President Obama called the discovery of the devices a "credible terrorist threat."
Those devices, which were shipped by the same person from Yemen, were found on cargo jets Friday. Officials have not said to which synagogues the explosive devices, which are about the size of a breadbox, were addressed. However, they did say neither was addressed to the synagogue across the street from President Obama's Hyde Park home, where he is expected to spend part of the weekend while in Chicago.
"Since two of the suspicious packages that were intercepted were addressed to religious institutions in Chicago, all churches, synagogues and mosques in the Chicago area should be vigilant for any unsolicited or unexpected packages, especially those originating from overseas locations," said Special Agent Ross Rice, Chicago FBI.
A tip from the Saudi intelligence agency prevented the package bombs from being delivered to two Chicago synagogues and has prompted a concerted search for others.
"We don't want to presume that we know the bounds of this plot," said John Brennan, Homeland Security advisor.
Officials said they believe the explosive PETN was packed in the envelopes found in England and Dubai. The mail bomb packages, officials said, would have detonated upon opening and caused significant destruction and probably death.
PETN is the same nitroglycerin-style chemical powder that was used in the underwear bomber attempt on a Detroit-bound flight on December 25, 2009, and the shoe bomber attempt on a flight in 2001.
Several cargo planes and trucks were searched Friday after the discovery. It's not clear if more packages were found and to whom they were addressed. Linda Haase, associated vice president of Jewish Federation of Metropolitan Chicago, confirms synagogues were notified to be on alert, but would not release details.
"Law enforcement told us to give these types of recommendations and right now that is limited to packages. And I think if law enforcement were concerned about different type of stuff, they would have given us that information," said Clare Pinkert, Anti- Defamation League.
Extra security was noticeable at some synagogues in the Chicago area Friday night. Chicago police say they have increased patrols near several synagogues, including those in the West Rogers Park neighborhood where evening services were well attended.
"It's a show of strength that we're going to stand up to this," said Alan Gilbert, synagogue member.
While many synagogue officials told ABC7 they were heeding the warning about deliveries, some, including Temple Shalom on the city's North Side, continued receiving packages.
"I'm very proud of the coalition of law enforcement officials with whom we work very closely on a regular basis who are absolutely certain that they can, that we can deny that we were one of the intended recipients," said Rabbi Aaron M. Petuchowski, Temple Shalom congregational leader.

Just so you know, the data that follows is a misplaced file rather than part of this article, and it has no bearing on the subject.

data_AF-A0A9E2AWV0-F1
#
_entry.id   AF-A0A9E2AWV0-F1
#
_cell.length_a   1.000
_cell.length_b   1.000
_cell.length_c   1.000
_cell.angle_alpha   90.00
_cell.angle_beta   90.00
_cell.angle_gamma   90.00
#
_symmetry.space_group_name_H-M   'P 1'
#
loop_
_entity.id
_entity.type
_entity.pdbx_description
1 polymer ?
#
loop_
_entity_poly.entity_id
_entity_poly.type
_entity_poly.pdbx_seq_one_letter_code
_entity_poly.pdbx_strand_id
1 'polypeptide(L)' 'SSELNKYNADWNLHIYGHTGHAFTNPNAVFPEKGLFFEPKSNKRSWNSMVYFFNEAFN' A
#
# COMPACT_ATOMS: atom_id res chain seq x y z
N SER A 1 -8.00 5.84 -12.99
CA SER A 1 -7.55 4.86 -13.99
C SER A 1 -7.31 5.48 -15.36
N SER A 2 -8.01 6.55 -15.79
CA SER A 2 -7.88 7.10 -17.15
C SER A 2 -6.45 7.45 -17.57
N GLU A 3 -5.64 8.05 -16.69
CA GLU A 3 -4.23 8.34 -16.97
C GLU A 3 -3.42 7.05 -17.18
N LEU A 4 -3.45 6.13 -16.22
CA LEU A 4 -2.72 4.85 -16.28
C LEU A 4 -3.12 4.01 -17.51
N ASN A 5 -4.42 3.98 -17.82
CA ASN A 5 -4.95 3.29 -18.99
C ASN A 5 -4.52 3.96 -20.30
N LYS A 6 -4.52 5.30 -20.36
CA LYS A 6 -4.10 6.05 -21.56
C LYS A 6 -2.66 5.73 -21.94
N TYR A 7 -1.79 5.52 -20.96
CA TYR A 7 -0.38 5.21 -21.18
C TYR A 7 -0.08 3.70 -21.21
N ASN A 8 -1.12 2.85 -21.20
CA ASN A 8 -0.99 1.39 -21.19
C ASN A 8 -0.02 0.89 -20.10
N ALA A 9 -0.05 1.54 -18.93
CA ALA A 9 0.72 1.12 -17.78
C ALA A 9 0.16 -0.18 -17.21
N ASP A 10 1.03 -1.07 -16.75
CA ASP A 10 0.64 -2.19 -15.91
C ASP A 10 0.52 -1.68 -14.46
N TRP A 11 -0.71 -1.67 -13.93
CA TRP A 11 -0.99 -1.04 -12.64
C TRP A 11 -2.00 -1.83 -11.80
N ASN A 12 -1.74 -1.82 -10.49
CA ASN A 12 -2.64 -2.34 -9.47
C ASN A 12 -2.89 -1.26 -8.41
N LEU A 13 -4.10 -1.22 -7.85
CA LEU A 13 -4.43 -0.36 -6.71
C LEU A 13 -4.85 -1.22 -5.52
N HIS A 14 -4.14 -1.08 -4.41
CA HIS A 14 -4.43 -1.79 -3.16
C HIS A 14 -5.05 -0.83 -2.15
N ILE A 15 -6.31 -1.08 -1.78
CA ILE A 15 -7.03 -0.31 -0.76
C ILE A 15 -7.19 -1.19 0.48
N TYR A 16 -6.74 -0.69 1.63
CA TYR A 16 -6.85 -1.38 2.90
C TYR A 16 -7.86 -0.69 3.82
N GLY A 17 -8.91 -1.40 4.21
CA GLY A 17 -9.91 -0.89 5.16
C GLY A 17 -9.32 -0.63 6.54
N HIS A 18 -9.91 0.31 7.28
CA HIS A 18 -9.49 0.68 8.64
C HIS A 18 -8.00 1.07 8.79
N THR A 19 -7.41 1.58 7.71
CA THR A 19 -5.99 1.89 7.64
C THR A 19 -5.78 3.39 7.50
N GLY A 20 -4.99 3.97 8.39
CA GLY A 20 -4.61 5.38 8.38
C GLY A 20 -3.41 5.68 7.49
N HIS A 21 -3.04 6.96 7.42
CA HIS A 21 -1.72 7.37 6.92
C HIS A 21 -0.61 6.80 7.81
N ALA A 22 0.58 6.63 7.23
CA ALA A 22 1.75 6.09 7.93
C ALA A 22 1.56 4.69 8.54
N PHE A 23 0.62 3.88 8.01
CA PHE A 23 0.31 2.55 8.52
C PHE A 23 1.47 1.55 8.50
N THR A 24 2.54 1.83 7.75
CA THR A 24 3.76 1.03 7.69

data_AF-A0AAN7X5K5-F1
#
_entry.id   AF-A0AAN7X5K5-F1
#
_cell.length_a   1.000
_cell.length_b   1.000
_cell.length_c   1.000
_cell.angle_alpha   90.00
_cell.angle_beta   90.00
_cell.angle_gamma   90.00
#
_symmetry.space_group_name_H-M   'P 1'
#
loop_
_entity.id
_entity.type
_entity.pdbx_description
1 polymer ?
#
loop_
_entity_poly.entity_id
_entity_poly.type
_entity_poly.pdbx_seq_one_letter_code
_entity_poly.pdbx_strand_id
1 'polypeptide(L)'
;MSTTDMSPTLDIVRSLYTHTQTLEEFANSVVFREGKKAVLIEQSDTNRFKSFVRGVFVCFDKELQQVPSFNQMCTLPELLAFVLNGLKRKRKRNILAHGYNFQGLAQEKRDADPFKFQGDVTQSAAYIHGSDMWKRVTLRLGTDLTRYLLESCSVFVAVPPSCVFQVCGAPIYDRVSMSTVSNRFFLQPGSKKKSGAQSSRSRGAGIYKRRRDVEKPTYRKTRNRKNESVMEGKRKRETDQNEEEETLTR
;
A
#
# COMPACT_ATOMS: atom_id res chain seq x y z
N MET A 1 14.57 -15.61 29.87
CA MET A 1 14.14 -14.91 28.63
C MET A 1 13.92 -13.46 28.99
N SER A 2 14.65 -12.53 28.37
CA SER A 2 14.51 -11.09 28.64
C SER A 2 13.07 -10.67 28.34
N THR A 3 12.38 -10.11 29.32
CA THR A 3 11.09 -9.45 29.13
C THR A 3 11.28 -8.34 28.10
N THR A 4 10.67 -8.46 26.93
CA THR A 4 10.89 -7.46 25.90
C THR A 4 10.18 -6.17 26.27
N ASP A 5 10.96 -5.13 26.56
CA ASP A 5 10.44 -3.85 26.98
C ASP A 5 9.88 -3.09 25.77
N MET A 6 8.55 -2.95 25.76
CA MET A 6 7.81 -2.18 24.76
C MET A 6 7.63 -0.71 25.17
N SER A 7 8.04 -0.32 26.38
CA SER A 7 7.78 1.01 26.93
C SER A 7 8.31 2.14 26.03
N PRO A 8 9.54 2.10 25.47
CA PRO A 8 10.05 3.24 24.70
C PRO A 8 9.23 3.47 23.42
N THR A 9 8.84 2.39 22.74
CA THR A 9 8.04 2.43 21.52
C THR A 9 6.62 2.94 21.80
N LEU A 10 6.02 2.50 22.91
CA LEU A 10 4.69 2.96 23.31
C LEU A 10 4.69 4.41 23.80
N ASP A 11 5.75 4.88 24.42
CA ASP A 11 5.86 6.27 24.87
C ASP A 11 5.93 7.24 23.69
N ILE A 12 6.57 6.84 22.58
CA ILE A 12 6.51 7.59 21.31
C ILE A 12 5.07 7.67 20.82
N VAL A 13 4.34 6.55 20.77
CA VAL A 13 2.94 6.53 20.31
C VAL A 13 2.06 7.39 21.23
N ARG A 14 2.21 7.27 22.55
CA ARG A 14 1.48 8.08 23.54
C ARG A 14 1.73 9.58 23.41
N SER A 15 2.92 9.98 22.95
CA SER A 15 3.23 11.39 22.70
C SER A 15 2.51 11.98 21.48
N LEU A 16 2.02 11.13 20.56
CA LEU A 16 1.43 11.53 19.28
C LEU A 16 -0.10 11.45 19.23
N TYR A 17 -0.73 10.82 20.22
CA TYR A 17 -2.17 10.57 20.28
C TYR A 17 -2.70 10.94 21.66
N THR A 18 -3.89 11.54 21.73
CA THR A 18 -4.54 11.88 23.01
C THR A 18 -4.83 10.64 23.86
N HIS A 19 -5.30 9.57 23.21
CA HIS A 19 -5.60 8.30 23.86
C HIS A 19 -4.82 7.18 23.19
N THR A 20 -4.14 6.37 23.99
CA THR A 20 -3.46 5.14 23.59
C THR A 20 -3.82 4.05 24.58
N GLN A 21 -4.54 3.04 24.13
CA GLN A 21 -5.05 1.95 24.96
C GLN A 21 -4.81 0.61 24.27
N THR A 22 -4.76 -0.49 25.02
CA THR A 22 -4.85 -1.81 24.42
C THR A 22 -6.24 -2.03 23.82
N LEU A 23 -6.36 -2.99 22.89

Chicago FBI officials said other than the addresses on the packages, there are no identifiable or specific threats to the Chicago area. Even before Friday's attack was derailed, the agents were concerned al-Qaida was trying to recruit men in the U.S.
"Obviously of big concern to everybody in the law enforcement community and the intelligence community is another 9-11 style attack in which thousands of people were killed. At the same time are equally important to us right now, um, are attacks of a smaller scale. These are the kinds of attacks that Inspire magazine is suggesting and they'll go as far as to say, um, this particular attack may result in the death of 10 people or 50 people, the numbers are smaller than what we experienced with the 9-11 attacks but none the less they're terrorist attacks," said Special Agent Bill Monroe, Chicago FBI.
An online magazine that al-Qaida operatives in Yemen published used Chicago as a backdrop for a new attack strategy where radical Islamists would strike innocents on busy streets.
"Their view, and it's a distorted view, is that the United States was responsible for the death of, I'll use the term innocent individuals, in other areas of the world, so in their mind everybody in the United States is fair game," said Special Agent Bill Monroe.
The ABC7 I-Team learned the packages would have come through O'Hare International Airport.
Despite the threat- with Chicago air freight at the center of it- O'Hare Security Chief Richard Edgeworth is heading to Israel for a security conference and Aviation Commissioner Rosemary Andolino plans to leave Saturday for Amsterdam to attend a conference on cargo development.
A spokesperson for the Chicago Department of Aviation insists that numerous top officials including veteran deputy commissioners are fully capable of insuring the operational safety of O'Hare Airport. The spokesperson tells ABC7 that Andolino and Edgeworth are both in touch with Chicago aviation operations while out of the country, by email and cell phone.